“I have two good minimalist composer friends who have been writing drone music for many years: Phill Niblock and Eliane Radigue. When I told them I had finally left my metric melodies and harmonies and was writing a one-note piece, they were quite surprised and pleased. So am I.”
Namedropping two of my favourite drone musicians in the press release for Orgelpark Color Chart – a 50-minute piece for four organs and a single note (“C” played across various octaves) – naturally sets my expectations rather high coming into this one. But whereas Niblock sends pitch bending gradually inwards or outwards via microtone transitions, and Radigue sets drones against eachother in very subtle juxtapositions of pitch and rhythm, Johnson’s piece is one of cleanliness and symmetry.
Orgelpark Color Chart makes a measured descent through the octaves through the course of the playing time, beginning at an uncomfortably high pitch and then gradually easing into a more “pleasing” frequency range during the latter half. The opening ten minutes are slightly unsettling, with piercing high pitches in spotless octaval parallels and interjected with the odd reverberant rustle of the audience. The steady decline feels like a plane coming in to land – hovering awkwardly to begin with, feeling hollow and unbalanced with the gaping frequency void that lingers in the lower registers, before nestling into deeper drones that cushion the sound as it begins to hum and rumble through the earth.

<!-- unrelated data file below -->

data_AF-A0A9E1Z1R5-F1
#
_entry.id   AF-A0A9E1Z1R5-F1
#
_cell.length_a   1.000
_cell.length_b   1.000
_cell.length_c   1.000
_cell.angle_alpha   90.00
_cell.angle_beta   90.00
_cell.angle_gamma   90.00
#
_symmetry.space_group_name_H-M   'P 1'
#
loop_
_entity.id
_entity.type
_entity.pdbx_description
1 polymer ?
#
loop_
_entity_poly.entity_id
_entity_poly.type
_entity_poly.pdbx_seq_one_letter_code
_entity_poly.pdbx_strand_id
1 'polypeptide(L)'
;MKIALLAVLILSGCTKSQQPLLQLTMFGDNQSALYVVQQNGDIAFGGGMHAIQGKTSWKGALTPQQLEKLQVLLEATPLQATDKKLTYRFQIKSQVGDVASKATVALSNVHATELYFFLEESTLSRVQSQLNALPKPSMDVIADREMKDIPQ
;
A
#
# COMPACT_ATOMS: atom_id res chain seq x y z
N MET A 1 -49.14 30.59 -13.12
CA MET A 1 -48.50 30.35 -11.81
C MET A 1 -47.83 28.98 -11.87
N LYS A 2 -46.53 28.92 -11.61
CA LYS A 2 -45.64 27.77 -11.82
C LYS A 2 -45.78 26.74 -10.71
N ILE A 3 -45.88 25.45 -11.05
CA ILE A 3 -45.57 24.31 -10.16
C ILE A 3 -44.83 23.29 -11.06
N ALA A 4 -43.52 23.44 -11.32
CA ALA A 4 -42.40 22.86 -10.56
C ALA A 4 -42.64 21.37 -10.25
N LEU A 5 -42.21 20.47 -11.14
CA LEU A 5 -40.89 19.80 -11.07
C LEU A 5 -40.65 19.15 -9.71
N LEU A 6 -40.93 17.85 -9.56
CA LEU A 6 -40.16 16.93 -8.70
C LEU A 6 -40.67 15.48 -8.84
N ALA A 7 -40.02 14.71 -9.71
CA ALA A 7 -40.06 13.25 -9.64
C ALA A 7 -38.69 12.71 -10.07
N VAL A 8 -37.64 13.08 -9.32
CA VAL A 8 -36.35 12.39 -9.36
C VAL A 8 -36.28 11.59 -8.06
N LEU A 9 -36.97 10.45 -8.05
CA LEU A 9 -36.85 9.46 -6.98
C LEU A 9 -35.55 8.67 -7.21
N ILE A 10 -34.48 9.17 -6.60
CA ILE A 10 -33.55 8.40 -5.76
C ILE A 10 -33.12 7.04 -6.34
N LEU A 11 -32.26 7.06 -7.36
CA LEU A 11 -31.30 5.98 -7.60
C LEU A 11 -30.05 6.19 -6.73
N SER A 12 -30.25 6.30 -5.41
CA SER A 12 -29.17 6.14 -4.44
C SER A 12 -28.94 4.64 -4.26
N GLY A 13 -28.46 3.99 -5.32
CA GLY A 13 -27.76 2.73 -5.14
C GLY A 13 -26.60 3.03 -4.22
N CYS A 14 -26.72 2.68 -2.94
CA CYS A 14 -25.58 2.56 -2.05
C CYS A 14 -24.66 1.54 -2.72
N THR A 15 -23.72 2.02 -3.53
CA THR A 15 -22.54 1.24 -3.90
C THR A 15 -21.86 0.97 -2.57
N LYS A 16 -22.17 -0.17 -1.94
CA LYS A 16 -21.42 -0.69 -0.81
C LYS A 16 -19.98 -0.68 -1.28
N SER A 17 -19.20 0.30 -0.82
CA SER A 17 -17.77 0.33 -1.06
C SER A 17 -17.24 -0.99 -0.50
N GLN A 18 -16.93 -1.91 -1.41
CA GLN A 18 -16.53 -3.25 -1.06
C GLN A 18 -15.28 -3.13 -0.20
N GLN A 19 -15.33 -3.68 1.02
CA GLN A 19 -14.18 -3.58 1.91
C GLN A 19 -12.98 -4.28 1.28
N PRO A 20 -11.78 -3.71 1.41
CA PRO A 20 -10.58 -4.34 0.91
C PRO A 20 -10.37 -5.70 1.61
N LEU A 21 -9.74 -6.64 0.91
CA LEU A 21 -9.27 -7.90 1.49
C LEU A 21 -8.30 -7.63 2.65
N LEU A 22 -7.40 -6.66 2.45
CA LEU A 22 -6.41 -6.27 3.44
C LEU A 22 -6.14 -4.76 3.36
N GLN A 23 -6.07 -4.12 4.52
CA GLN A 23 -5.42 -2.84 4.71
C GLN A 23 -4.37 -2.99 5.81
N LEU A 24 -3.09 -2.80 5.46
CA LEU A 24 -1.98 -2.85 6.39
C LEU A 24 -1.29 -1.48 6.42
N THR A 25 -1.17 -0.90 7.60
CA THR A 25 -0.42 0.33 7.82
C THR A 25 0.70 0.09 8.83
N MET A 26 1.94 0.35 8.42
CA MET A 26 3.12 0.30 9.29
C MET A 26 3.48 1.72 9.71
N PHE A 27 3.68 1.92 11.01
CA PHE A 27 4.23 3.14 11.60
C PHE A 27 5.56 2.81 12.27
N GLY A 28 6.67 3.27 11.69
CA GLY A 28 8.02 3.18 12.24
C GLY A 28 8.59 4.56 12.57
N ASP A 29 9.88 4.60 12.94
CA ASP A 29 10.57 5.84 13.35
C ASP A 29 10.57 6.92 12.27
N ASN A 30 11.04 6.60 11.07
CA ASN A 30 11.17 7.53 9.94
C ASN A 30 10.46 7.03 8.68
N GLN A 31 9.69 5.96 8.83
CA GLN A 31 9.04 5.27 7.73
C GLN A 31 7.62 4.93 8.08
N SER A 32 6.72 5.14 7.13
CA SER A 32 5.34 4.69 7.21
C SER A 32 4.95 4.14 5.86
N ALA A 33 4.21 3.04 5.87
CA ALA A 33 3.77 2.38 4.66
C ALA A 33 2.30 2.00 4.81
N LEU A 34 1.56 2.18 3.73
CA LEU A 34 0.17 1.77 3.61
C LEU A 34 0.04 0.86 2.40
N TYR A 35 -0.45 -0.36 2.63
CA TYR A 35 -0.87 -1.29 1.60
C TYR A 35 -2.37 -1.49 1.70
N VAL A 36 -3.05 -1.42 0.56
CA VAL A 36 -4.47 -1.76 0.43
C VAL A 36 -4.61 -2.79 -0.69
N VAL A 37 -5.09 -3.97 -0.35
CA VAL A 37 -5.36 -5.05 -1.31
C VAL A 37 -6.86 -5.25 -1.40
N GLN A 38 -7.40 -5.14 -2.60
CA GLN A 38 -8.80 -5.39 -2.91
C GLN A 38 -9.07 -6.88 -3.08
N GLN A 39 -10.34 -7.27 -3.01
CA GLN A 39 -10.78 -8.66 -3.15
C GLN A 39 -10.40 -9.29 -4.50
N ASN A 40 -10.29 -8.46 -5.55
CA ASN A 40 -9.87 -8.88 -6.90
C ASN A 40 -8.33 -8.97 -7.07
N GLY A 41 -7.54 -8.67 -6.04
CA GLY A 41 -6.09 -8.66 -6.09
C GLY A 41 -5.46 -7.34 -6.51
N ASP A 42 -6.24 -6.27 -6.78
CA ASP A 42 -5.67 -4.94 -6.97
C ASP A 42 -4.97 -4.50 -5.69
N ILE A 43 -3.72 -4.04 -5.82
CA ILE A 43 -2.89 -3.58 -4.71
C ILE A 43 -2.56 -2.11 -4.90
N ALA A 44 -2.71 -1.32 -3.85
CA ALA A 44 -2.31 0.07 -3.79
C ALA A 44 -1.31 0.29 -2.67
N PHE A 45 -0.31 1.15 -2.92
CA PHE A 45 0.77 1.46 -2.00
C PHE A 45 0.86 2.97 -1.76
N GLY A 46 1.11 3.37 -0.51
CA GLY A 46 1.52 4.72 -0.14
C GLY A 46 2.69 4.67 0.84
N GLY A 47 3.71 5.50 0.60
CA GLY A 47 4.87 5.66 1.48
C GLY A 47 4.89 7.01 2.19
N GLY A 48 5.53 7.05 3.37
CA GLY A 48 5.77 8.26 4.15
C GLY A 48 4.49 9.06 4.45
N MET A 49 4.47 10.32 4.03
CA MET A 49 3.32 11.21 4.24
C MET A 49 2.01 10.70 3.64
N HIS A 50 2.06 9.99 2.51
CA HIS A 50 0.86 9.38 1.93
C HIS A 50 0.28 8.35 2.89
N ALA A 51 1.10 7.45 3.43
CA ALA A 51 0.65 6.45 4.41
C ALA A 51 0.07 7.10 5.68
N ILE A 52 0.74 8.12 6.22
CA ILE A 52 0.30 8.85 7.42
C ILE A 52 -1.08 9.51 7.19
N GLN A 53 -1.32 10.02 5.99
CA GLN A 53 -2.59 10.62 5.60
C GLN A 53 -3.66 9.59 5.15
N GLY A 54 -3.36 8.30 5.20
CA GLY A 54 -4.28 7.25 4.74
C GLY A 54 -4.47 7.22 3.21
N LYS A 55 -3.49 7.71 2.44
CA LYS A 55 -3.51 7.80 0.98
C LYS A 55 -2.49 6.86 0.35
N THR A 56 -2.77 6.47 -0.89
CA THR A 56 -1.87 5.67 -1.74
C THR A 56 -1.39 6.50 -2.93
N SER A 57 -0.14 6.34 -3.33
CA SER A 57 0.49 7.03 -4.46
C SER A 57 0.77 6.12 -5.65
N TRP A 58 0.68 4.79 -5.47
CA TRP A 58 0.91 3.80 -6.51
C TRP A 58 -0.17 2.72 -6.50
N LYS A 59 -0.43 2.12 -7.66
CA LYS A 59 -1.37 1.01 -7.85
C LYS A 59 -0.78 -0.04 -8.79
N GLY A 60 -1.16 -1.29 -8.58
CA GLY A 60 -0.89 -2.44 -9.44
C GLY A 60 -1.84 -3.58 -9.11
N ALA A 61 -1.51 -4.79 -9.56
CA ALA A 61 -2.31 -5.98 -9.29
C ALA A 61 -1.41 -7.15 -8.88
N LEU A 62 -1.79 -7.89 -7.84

But while pitch is fixed, the note durations are forever in flux. Sometimes two organs can be heard, sometimes all four…each player is constantly departing and re-entering, bringing a sense of motion and structure to what could have been a very flat and tedious exercise in stasis. I don’t think I’m wrong in identifying a couple of mistakes here and there (including what seems like a glaring fumble onto a wrong note at about 47 minutes in), but they’re not frequent enough to tarnish the experience. Unlike the music of Johnson’s aforementioned “minimalist composer friends”, there’s not a whole lot of mystery or subtlety to Orgelpark Color Chart – it’s simple and single-minded in both its intention and execution, like a solid block of vibrant colour on a canvas.